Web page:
Certain considerations have to be kept in mind while buying a kayak. The first factor pertains to what do you want to do with your kayak, the second question is how do you go about selecting the kayak with the features, performance, and fit that you want. Once you have the answer to these questions, you know you have found that perfect kayak for yourself.
Understanding the Purpose
The advantage of this type of kayak, is that it can hold supplies needed for a long trip and can track well or move in a straight line at faster speeds, due to its extended space.
A major disadvantage is that its extended length makes it difficult to turn. To remedy this, there are versions introduced for light touring. Although these kayaks have lesser space, the lesser bulk makes them easier to handle.
Shorter, with rounded bottoms or flat planing hulls, these whitewater kayaks are designed with upturned ends to deal with waves. Their inability to move in a straight line makes them unsuitable as a touring kayak.
Relatively shorter than the other types of kayaks, they have greater width to provide buoyancy and great initial stability while paddling the back waters and gentle streams. With their large cockpits, entry and exit is easier in recreational kayaks, which makes it a good choice for beginners and children.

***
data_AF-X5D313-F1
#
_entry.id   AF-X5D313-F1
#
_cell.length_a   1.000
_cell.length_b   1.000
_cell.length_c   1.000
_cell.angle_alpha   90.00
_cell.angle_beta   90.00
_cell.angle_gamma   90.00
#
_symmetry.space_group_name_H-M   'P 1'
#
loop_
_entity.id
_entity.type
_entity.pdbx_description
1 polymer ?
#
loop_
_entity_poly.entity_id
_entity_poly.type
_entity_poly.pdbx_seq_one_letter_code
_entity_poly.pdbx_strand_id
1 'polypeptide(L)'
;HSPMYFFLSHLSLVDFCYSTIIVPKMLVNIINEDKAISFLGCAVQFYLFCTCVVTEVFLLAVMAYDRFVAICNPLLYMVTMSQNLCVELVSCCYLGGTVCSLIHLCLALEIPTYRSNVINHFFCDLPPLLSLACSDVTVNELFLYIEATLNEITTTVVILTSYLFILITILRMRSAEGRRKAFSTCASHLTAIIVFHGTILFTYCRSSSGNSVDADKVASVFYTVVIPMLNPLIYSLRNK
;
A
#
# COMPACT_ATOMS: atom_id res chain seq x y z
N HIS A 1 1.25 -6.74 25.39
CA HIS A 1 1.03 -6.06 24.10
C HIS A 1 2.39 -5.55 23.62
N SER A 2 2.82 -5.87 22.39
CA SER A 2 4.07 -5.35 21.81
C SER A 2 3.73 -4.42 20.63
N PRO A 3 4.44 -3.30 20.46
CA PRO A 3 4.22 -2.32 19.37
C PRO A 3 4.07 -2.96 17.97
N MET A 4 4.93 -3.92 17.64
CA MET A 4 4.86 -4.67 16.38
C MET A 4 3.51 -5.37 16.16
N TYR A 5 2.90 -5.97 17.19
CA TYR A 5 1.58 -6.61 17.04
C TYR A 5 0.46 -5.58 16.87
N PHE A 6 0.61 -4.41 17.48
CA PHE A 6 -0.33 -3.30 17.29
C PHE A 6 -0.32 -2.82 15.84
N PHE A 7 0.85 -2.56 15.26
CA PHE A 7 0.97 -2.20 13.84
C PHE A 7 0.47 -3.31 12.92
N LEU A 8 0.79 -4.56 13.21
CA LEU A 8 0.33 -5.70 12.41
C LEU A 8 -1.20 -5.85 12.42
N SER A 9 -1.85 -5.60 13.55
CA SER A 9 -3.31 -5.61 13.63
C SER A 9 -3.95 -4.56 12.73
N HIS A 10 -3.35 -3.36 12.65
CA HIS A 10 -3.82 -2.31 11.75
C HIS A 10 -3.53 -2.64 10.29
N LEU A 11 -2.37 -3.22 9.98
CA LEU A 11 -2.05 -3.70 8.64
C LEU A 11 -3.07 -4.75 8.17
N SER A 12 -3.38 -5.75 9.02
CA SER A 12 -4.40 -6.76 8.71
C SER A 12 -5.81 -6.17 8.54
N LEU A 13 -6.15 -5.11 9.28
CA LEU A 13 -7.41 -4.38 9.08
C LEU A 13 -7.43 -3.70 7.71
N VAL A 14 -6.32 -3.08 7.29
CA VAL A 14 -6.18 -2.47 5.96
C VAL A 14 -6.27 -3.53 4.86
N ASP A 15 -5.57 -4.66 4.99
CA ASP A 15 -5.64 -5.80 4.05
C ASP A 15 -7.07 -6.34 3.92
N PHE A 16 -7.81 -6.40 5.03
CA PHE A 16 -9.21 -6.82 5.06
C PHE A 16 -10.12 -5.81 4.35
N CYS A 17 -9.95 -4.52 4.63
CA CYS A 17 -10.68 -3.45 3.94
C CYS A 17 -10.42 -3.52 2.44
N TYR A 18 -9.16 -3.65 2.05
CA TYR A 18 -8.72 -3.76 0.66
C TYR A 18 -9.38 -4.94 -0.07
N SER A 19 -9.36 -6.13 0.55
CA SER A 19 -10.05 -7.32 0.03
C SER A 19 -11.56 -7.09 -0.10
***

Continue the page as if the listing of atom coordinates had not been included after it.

Used more often for racing, the straight keel allows the kayaks to track quickly. However, their narrow design makes them unstable, thus, restricting their use for first time paddlers.
Features of the Kayak
While longer kayaks have a number of advantages, namely that they are usually easier to paddle, more stable, and are capable of carrying heavier loads with less loss of performance. Along with this, they can also track better, move faster, and glide farther with each stroke, thus allowing greater efficiency with less effort.
In contrast to that, a shorter kayak is less expensive and is easier to handle and transport around. Their short hull makes them a boon for taking shorter turns, when paddling in streams.
Along with the length, the width of the kayak plays a major role in the stability of the boat. Although a wider kayak does add to the carrying capacity, it does not work well in the currents, requiring a great deal of effort while paddling.
While hulls with flat bottoms, hard chines (sharp, nearly right-angled edges where the bottom and the sides meet) and greater flare (curvature of the sides outward) have greater stability, Round hulls with soft chines (a gradual curve where bottom and sides meet) and less flare are less stable. The latter are more nimble and easier to roll.
While symmetrical boats have similar shaped front and back parts, making them easier to maneuver in small streams or speedy waters, asymmetrical boats provide more directional control while sacrificing turning ability.
If you are still confused, then it is best to try a kayak before you buy it. This would ensure that you test your comfort and also whether you can handle the particular model in different water conditions, before a final purchase.
Also, check the rudder and the skegs while trying the kayak, to see whether the rudder moves well or not. Buying a kayak is a major decision, so make an informed decision while choosing one.